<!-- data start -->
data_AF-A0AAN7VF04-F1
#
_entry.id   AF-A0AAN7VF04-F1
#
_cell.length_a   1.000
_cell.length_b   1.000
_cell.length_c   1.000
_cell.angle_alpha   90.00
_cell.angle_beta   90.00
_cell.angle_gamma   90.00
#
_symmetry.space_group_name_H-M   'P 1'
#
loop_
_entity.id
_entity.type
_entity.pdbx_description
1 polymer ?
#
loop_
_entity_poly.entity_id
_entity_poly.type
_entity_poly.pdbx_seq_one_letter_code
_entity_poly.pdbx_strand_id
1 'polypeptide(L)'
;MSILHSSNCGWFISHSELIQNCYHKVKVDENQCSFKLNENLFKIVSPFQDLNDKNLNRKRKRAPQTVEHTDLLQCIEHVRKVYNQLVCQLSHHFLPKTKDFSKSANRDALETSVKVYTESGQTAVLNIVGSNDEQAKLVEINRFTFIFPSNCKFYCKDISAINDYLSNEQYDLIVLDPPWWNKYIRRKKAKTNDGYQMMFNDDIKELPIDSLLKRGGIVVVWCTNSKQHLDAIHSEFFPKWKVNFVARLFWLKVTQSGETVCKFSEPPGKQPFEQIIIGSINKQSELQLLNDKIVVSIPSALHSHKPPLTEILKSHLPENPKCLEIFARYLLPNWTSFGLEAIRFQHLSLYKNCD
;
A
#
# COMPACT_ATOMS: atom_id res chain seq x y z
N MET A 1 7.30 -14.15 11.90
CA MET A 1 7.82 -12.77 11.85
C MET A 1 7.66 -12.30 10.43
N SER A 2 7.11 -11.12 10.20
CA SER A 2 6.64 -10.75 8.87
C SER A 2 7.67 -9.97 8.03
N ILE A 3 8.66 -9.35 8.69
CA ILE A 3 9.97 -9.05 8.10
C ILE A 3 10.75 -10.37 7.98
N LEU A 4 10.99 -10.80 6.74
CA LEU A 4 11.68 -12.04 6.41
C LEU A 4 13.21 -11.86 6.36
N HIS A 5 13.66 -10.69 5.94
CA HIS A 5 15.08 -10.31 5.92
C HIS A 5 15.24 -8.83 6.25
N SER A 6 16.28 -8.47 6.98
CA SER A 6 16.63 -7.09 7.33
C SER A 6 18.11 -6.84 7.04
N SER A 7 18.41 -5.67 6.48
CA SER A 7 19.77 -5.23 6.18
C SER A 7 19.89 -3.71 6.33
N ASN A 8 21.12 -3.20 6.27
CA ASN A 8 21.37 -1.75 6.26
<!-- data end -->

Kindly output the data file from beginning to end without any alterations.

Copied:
data_AF-A0AAN7VF04-F1
#
_entry.id   AF-A0AAN7VF04-F1
#
_cell.length_a   1.000
_cell.length_b   1.000
_cell.length_c   1.000
_cell.angle_alpha   90.00
_cell.angle_beta   90.00
_cell.angle_gamma   90.00
#
_symmetry.space_group_name_H-M   'P 1'
#
loop_
_entity.id
_entity.type
_entity.pdbx_description
1 polymer ?
#
loop_
_entity_poly.entity_id
_entity_poly.type
_entity_poly.pdbx_seq_one_letter_code
_entity_poly.pdbx_strand_id
1 'polypeptide(L)'
;MSILHSSNCGWFISHSELIQNCYHKVKVDENQCSFKLNENLFKIVSPFQDLNDKNLNRKRKRAPQTVEHTDLLQCIEHVRKVYNQLVCQLSHHFLPKTKDFSKSANRDALETSVKVYTESGQTAVLNIVGSNDEQAKLVEINRFTFIFPSNCKFYCKDISAINDYLSNEQYDLIVLDPPWWNKYIRRKKAKTNDGYQMMFNDDIKELPIDSLLKRGGIVVVWCTNSKQHLDAIHSEFFPKWKVNFVARLFWLKVTQSGETVCKFSEPPGKQPFEQIIIGSINKQSELQLLNDKIVVSIPSALHSHKPPLTEILKSHLPENPKCLEIFARYLLPNWTSFGLEAIRFQHLSLYKNCD
;
A
#
# COMPACT_ATOMS: atom_id res chain seq x y z
N MET A 1 7.30 -14.15 11.90
CA MET A 1 7.82 -12.77 11.85
C MET A 1 7.66 -12.30 10.43
N SER A 2 7.11 -11.12 10.20
CA SER A 2 6.64 -10.75 8.87
C SER A 2 7.67 -9.97 8.03
N ILE A 3 8.66 -9.35 8.69
CA ILE A 3 9.97 -9.05 8.10
C ILE A 3 10.75 -10.37 7.98
N LEU A 4 10.99 -10.80 6.74
CA LEU A 4 11.68 -12.04 6.41
C LEU A 4 13.21 -11.86 6.36
N HIS A 5 13.66 -10.69 5.94
CA HIS A 5 15.08 -10.31 5.92
C HIS A 5 15.24 -8.83 6.25
N SER A 6 16.28 -8.47 6.98
CA SER A 6 16.63 -7.09 7.33
C SER A 6 18.11 -6.84 7.04
N SER A 7 18.41 -5.67 6.48
CA SER A 7 19.77 -5.23 6.18
C SER A 7 19.89 -3.71 6.33
N ASN A 8 21.12 -3.20 6.27
CA ASN A 8 21.37 -1.75 6.26